Behind the launch of the Wealthfront Portfolio Review tool
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22 January 2016William Trout
Free advice is poor bait. Just ask SigFig and FutureAdvisor, who rolled out free portfolio analysis tools as a way to hook what proved to be very elusive fish. Indeed, the high cost of retail customer acquisition convinced these B2C robo advisors to embrace B2B (and BlackRock, in the case of FutureAdvisor). Wealthfront, which remains committed to the B2C model, unveiled its own portfolio analysis tool last week. The objective is to wear the white hat as much as to haul in assets. Spokeswoman Kate Wauck describes the introduction of Portfolio Review as “another milestone in our history of delivering services that actually benefit the investor.” The implication, of course, is that the rest of the industry falls short. According to Wealthfront, 92% of the portfolios it reviewed in setting up its Portfolio Review tool were hamstrung by some combination of high fees, cash drag and insufficient diversification. I decided to put my own personal portfolio of roughly a dozen low cost ETFs to the test. It was easy enough. After selecting my brokerage firm (see image at top of post) and logging on via the Wealthfront portal… I’ll share the results in my next post. In the meantime, a couple observations on strategy:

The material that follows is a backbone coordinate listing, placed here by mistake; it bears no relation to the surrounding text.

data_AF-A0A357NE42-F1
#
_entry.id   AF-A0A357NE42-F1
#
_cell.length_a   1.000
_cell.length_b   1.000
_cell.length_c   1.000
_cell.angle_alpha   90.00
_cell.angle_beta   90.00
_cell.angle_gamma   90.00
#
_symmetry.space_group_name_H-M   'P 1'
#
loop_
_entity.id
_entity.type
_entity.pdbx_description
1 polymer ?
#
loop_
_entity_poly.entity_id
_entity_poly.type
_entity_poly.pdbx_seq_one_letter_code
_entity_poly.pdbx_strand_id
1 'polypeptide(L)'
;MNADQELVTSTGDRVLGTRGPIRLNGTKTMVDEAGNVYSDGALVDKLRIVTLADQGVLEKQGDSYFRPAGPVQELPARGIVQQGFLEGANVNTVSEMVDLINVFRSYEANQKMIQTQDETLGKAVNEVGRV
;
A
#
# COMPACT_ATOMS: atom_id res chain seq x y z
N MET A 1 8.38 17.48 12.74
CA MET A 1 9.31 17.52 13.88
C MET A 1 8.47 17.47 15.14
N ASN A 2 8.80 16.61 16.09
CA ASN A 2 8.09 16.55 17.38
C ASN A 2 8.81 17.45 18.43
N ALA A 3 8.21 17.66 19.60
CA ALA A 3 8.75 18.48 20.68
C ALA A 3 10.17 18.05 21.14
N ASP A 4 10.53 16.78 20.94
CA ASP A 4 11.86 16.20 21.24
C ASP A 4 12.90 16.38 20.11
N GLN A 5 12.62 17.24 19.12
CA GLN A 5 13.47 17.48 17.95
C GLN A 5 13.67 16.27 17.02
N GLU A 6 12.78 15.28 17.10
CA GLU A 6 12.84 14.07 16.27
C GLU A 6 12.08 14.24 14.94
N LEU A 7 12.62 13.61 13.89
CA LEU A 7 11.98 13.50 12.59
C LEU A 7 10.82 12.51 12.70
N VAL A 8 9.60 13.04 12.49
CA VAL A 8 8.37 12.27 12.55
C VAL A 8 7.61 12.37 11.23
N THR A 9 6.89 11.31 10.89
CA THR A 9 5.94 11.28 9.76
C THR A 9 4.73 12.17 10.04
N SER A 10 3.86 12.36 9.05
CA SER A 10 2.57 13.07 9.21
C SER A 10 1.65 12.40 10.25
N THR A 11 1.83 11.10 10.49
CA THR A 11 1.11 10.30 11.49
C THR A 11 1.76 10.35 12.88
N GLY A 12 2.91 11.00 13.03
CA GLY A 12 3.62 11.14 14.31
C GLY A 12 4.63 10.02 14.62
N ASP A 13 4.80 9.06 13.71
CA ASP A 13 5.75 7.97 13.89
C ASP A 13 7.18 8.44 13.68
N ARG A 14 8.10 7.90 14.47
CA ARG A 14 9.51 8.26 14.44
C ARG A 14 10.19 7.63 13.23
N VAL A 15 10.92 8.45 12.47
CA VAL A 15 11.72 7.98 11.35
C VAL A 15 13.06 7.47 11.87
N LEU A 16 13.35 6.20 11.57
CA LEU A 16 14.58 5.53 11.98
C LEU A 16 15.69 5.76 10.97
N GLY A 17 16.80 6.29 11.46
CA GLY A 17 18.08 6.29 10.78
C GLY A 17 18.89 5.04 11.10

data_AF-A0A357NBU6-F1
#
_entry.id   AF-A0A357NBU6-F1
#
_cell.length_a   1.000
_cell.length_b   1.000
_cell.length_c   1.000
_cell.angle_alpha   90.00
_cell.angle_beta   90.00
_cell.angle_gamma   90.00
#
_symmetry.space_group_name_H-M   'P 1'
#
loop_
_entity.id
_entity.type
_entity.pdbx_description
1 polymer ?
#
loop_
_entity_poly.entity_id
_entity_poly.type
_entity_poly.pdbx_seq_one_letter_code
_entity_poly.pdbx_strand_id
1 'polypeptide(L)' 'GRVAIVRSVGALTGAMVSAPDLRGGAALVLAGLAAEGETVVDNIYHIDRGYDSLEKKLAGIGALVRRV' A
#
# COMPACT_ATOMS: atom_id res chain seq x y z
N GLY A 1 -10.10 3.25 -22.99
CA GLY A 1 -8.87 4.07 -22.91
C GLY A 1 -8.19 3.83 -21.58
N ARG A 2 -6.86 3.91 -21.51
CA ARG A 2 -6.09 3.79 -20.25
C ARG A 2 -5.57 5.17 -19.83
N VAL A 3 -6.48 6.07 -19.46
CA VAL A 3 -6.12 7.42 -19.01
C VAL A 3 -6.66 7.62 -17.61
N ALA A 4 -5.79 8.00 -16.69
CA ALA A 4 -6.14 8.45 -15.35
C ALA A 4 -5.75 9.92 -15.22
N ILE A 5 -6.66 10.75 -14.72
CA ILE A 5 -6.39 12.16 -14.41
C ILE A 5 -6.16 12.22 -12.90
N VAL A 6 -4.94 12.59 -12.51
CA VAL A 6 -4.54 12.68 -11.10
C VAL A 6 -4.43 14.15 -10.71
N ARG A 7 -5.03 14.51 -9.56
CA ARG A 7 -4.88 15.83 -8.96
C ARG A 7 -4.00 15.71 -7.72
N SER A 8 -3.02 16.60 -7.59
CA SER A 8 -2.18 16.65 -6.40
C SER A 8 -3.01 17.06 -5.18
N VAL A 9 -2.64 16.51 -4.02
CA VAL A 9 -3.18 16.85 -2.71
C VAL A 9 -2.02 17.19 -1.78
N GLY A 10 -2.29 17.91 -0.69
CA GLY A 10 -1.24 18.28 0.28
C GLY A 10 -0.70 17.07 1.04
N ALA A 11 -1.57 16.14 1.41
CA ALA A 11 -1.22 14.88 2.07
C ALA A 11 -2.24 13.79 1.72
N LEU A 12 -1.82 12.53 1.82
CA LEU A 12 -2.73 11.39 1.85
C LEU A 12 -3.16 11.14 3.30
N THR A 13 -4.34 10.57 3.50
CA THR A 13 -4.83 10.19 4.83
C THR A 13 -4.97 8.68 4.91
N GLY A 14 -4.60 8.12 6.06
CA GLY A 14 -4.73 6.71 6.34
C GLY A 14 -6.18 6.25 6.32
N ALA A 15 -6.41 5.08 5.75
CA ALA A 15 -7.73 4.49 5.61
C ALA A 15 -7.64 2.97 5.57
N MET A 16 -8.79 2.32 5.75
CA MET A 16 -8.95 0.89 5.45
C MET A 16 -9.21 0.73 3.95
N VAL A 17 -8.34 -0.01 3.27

- Wealthfront, which (unlike FutureAdvisor and other robos using aggregation tools) makes allocation recommendations solely based on assets in house, is pulling off the blinders. Peering into competitor platforms and showing why they don’t work suggests a shift in thinking and a renewed assertiveness from idol smasher Adam Nash.
- Here we see the power of proprietary data. While clients were comfortably sleeping, Wealthfront algorithms were crunching portfolio performance numbers. Although a touch presumptuous (by opening an account, did I give Wealthfront permission to review my investing history?), Portfolio Review serves as a nice demo of software engineering, as well as a freebie for the investor.